The Truth About Urinary Incontinence and Menopause

Urinary incontinence (UI) is the accidental loss of urine.

According to the National Association for Continence, over 25 million adult Americans experience temporary or chronic urinary incontinence or UI.

Urinary incontinence can occur at any age, but it is more common among women over 50.

Urinary incontinence may be a temporary condition that results from an underlying medical condition.

It can range from the discomfort of slight losses of urine to severe, frequent wetting.


Although it is more prevalent in older persons, urinary incontinence is not a natural feature of getting older.

It is frequently brought on by particular alterations in how the body functions, which can be brought on by illnesses, treatments, or diseases themselves.

Sometimes it is the only sign of a urinary tract infection.

The most common times for women to experience urinary incontinence are

  • during pregnancy,
  • immediately following delivery, or
  • during menopausal hormone changes.

Hormones (estrogen in particular) change during menopause and perimenopause and this can alter bladder control.

Some beverages, such as coffee and alcohol, can increase how frequently you need to urinate.

Your need to urinate regularly usually decreases if you stop drinking these beverages.

Many people who experience urinary incontinence believe they should drink less in order to lessen the amount of urine that leaks out.

However, you require fluids, particularly water, for optimal health.   Chronic constipation, which results in firm, dry stools, might impair your ability to manage your bladder.


Urgency incontinence

This is the inability to contain one’s urination long enough to get to a bathroom.

It may also be accompanied by frequent urination and an intense urge to urinate that comes on suddenly.

It might be a distinct issue, but it could also be a symptom of other illnesses or disorders that would also require medical attention.

Stress incontinence

It occurs when urine leaks while

  • exercising,
  • laughing,
  • sneezing,
  • coughing,
  • lifting heavy objects, or
  • making other actions that create strain on the bladder.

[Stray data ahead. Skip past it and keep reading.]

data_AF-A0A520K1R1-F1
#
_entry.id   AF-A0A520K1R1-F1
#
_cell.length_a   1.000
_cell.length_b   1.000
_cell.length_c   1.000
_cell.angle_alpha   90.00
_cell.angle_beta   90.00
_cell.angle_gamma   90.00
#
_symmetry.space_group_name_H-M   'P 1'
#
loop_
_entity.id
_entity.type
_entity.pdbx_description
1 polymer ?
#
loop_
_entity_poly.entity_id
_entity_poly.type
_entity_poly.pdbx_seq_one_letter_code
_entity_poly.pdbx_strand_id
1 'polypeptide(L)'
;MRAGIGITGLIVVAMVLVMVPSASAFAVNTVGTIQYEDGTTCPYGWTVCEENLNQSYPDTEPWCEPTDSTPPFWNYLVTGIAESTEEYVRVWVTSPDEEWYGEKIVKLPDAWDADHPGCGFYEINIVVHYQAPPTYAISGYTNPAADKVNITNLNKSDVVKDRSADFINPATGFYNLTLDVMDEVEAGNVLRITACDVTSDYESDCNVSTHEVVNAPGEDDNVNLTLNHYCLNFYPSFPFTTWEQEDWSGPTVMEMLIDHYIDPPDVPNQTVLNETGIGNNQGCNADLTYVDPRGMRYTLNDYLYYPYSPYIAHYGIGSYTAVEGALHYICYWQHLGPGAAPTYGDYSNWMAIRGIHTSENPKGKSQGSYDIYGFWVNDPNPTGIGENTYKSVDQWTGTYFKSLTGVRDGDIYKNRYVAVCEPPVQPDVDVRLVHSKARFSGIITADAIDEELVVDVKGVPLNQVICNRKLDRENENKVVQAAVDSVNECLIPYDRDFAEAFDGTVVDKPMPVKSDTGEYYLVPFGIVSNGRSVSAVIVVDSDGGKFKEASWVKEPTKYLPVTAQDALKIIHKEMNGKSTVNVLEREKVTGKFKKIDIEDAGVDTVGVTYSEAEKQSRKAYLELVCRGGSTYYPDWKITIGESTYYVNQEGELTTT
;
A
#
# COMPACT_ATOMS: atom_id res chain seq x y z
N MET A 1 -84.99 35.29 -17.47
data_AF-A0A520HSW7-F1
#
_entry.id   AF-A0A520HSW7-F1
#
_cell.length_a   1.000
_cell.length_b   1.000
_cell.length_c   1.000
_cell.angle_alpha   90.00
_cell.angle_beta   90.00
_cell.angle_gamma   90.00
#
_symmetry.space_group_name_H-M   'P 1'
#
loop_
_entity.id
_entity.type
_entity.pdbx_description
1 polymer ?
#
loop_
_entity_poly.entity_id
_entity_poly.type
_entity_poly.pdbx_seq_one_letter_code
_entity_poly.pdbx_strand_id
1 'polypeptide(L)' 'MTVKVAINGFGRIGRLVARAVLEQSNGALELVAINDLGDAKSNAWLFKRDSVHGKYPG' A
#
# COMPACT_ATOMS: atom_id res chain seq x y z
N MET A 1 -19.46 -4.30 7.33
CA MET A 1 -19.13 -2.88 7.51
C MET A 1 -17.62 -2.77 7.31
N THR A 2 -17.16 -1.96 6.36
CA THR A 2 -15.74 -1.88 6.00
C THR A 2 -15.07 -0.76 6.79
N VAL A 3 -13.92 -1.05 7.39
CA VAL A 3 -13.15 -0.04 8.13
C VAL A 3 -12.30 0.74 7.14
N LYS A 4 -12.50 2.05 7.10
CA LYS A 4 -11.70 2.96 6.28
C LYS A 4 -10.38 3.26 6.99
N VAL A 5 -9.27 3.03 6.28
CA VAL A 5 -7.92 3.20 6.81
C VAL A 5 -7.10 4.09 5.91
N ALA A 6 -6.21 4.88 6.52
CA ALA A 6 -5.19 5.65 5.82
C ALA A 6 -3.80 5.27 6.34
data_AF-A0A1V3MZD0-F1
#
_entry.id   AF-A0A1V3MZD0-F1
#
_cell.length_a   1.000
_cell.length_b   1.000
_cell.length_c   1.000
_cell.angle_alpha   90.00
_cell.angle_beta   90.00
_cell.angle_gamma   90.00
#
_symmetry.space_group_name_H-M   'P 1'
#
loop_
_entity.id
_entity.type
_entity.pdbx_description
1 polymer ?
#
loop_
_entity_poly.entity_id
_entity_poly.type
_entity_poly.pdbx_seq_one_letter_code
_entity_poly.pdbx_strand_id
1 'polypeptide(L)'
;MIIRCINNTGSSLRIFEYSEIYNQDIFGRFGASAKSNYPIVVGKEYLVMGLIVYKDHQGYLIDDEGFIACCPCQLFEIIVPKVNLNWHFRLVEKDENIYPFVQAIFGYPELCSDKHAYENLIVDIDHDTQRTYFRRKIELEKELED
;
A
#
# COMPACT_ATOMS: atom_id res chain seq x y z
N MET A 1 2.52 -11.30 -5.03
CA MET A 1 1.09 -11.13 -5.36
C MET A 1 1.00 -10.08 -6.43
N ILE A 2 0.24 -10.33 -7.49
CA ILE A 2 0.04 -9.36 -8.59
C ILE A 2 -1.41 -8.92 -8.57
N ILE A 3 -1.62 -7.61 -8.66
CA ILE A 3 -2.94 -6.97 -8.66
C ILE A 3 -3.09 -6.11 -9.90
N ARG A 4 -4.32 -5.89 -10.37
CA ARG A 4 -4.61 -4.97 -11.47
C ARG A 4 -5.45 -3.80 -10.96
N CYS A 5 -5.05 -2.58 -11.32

Functional incontinence

This urine leakage is a result of a delay in using the restroom owing to physical issues such as arthritis, an injury, or other limitations.

Overflow incontinence

When the bladder’s capacity to contain the urine is exceeded, leakage results.


Everyone experiences urinary incontinence differently.

However, common symptoms include:

  • Needing to rush to the restroom
  • Leaking urine if you do not get to the restroom in time
  • Urine leakage with movements or exercise
  • Leakage of urine that prevents activities
  • Urine leakage with coughing, sneezing or laughing
  • Leakage of urine that began or continued after surgery
  • Leakage of urine that causes embarrassment
  • Constant feeling of wetness without sensation of urine leakage
  • Feeling of incomplete bladder emptying

The symptoms of urinary incontinence may resemble other conditions or medical problems. Always consult your doctor for a diagnosis.


Consultation with a healthcare professional is crucial for those who experience urine incontinence.

Patients are frequently then directed to a urologist or urogynecologist, a medical professional who focuses on conditions of the urinary tract.

A thorough physical examination that focuses on the

  • urinary and nervous systems,
  • reproductive organs,
  • and urine samples

is used to diagnose urinary incontinence.

Keep track of any urinary or fecal incontinence symptoms in your mySysters app. mySysters helps women manage perimenopause and menopause symptoms.

Good Housekeeping and Woman’s Day named mySysters the Best App for Women in Perimenopause and a Must Have App for Women.

The preceding information does not constitute medical advice or treatment.